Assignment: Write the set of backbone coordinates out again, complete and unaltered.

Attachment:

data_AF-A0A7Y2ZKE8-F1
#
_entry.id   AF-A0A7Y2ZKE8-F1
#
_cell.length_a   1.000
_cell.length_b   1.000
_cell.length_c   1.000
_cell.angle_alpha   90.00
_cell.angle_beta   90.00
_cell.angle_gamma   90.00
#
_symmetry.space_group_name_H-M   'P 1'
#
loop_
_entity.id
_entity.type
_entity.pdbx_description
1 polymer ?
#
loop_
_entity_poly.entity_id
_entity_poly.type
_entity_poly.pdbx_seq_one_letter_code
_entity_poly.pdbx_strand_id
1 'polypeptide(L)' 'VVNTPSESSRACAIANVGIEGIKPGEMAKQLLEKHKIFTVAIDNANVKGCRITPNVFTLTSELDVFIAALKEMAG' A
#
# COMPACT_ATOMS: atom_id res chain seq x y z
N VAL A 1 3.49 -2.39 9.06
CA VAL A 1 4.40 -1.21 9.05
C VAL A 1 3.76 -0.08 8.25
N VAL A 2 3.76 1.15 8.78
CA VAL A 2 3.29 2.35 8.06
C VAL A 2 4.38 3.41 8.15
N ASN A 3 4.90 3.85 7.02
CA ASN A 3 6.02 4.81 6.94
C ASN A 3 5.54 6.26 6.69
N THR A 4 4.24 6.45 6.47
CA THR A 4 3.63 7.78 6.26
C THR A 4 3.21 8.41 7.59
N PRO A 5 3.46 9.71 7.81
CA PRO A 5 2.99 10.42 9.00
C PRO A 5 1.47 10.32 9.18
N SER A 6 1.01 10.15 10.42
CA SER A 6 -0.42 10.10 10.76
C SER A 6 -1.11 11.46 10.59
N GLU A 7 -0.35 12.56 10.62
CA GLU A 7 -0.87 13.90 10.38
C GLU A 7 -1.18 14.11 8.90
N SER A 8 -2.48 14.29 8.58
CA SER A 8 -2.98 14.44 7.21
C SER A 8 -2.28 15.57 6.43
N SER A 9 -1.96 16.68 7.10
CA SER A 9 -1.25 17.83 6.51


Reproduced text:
data_AF-A0A7Y2ZKE8-F1
#
_entry.id   AF-A0A7Y2ZKE8-F1
#
_cell.length_a   1.000
_cell.length_b   1.000
_cell.length_c   1.000
_cell.angle_alpha   90.00
_cell.angle_beta   90.00
_cell.angle_gamma   90.00
#
_symmetry.space_group_name_H-M   'P 1'
#
loop_
_entity.id
_entity.type
_entity.pdbx_description
1 polymer ?
#
loop_
_entity_poly.entity_id
_entity_poly.type
_entity_poly.pdbx_seq_one_letter_code
_entity_poly.pdbx_strand_id
1 'polypeptide(L)' 'VVNTPSESSRACAIANVGIEGIKPGEMAKQLLEKHKIFTVAIDNANVKGCRITPNVFTLTSELDVFIAALKEMAG' A
#
# COMPACT_ATOMS: atom_id res chain seq x y z
N VAL A 1 3.49 -2.39 9.06
CA VAL A 1 4.40 -1.21 9.05
C VAL A 1 3.76 -0.08 8.25
N VAL A 2 3.76 1.15 8.78
CA VAL A 2 3.29 2.35 8.06
C VAL A 2 4.38 3.41 8.15
N ASN A 3 4.90 3.85 7.02
CA ASN A 3 6.02 4.81 6.94
C ASN A 3 5.54 6.26 6.69
N THR A 4 4.24 6.45 6.47
CA THR A 4 3.63 7.78 6.26
C THR A 4 3.21 8.41 7.59
N PRO A 5 3.46 9.71 7.81
CA PRO A 5 2.99 10.42 9.00
C PRO A 5 1.47 10.32 9.18
N SER A 6 1.01 10.15 10.42
CA SER A 6 -0.42 10.10 10.76
C SER A 6 -1.11 11.46 10.59
N GLU A 7 -0.35 12.56 10.62
CA GLU A 7 -0.87 13.90 10.38
C GLU A 7 -1.18 14.11 8.90
N SER A 8 -2.48 14.29 8.58
CA SER A 8 -2.98 14.44 7.21
C SER A 8 -2.28 15.57 6.43
N SER A 9 -1.96 16.68 7.10
CA SER A 9 -1.25 17.83 6.51